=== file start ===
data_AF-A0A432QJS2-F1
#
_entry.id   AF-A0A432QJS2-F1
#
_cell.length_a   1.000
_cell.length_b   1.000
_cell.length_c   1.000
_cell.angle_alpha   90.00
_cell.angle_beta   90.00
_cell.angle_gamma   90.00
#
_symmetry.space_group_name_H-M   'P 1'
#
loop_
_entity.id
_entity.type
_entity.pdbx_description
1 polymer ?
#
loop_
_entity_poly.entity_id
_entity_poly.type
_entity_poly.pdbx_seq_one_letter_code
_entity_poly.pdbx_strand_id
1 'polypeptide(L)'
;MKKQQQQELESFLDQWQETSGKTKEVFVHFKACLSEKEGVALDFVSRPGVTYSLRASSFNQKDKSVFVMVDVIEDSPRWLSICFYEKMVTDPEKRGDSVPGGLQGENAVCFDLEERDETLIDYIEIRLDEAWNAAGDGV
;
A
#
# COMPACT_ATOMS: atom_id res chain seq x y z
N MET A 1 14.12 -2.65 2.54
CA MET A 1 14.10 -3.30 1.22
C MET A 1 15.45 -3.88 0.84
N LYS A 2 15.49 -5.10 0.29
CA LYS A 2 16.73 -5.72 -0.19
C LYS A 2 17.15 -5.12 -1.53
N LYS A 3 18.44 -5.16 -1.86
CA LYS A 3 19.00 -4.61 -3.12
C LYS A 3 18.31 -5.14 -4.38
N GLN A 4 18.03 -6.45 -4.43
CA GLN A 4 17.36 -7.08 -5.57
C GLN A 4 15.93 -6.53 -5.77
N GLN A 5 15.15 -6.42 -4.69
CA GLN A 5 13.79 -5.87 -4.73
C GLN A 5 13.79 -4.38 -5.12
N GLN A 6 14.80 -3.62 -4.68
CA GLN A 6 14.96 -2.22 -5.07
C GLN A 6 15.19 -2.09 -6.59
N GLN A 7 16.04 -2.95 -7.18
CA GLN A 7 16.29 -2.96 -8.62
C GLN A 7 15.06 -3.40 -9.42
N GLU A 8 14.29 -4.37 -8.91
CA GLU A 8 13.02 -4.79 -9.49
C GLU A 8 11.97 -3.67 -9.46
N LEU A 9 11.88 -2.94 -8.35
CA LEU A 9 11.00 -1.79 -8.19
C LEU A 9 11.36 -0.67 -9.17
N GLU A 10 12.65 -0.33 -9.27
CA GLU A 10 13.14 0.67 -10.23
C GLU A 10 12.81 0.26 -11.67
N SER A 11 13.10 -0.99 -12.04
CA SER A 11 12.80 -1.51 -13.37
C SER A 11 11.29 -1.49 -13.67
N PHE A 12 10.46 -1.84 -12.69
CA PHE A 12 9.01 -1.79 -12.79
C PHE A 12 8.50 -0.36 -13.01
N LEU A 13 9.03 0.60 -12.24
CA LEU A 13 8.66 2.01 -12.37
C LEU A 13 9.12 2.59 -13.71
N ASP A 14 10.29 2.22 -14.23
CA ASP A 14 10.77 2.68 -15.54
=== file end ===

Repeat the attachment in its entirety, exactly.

data_AF-A0A432QJS2-F1
#
_entry.id   AF-A0A432QJS2-F1
#
_cell.length_a   1.000
_cell.length_b   1.000
_cell.length_c   1.000
_cell.angle_alpha   90.00
_cell.angle_beta   90.00
_cell.angle_gamma   90.00
#
_symmetry.space_group_name_H-M   'P 1'
#
loop_
_entity.id
_entity.type
_entity.pdbx_description
1 polymer ?
#
loop_
_entity_poly.entity_id
_entity_poly.type
_entity_poly.pdbx_seq_one_letter_code
_entity_poly.pdbx_strand_id
1 'polypeptide(L)'
;MKKQQQQELESFLDQWQETSGKTKEVFVHFKACLSEKEGVALDFVSRPGVTYSLRASSFNQKDKSVFVMVDVIEDSPRWLSICFYEKMVTDPEKRGDSVPGGLQGENAVCFDLEERDETLIDYIEIRLDEAWNAAGDGV
;
A
#
# COMPACT_ATOMS: atom_id res chain seq x y z
N MET A 1 14.12 -2.65 2.54
CA MET A 1 14.10 -3.30 1.22
C MET A 1 15.45 -3.88 0.84
N LYS A 2 15.49 -5.10 0.29
CA LYS A 2 16.73 -5.72 -0.19
C LYS A 2 17.15 -5.12 -1.53
N LYS A 3 18.44 -5.16 -1.86
CA LYS A 3 19.00 -4.61 -3.12
C LYS A 3 18.31 -5.14 -4.38
N GLN A 4 18.03 -6.45 -4.43
CA GLN A 4 17.36 -7.08 -5.57
C GLN A 4 15.93 -6.53 -5.77
N GLN A 5 15.15 -6.42 -4.69
CA GLN A 5 13.79 -5.87 -4.73
C GLN A 5 13.79 -4.38 -5.12
N GLN A 6 14.80 -3.62 -4.68
CA GLN A 6 14.96 -2.22 -5.07
C GLN A 6 15.19 -2.09 -6.59
N GLN A 7 16.04 -2.95 -7.18
CA GLN A 7 16.29 -2.96 -8.62
C GLN A 7 15.06 -3.40 -9.42
N GLU A 8 14.29 -4.37 -8.91
CA GLU A 8 13.02 -4.79 -9.49
C GLU A 8 11.97 -3.67 -9.46
N LEU A 9 11.88 -2.94 -8.35
CA LEU A 9 11.00 -1.79 -8.19
C LEU A 9 11.36 -0.67 -9.17
N GLU A 10 12.65 -0.33 -9.27
CA GLU A 10 13.14 0.67 -10.23
C GLU A 10 12.81 0.26 -11.67
N SER A 11 13.10 -0.99 -12.04
CA SER A 11 12.80 -1.51 -13.37
C SER A 11 11.29 -1.49 -13.67
N PHE A 12 10.46 -1.84 -12.69
CA PHE A 12 9.01 -1.79 -12.79
C PHE A 12 8.50 -0.36 -13.01
N LEU A 13 9.03 0.60 -12.24
CA LEU A 13 8.66 2.01 -12.37
C LEU A 13 9.12 2.59 -13.71
N ASP A 14 10.29 2.22 -14.23
CA ASP A 14 10.77 2.68 -15.54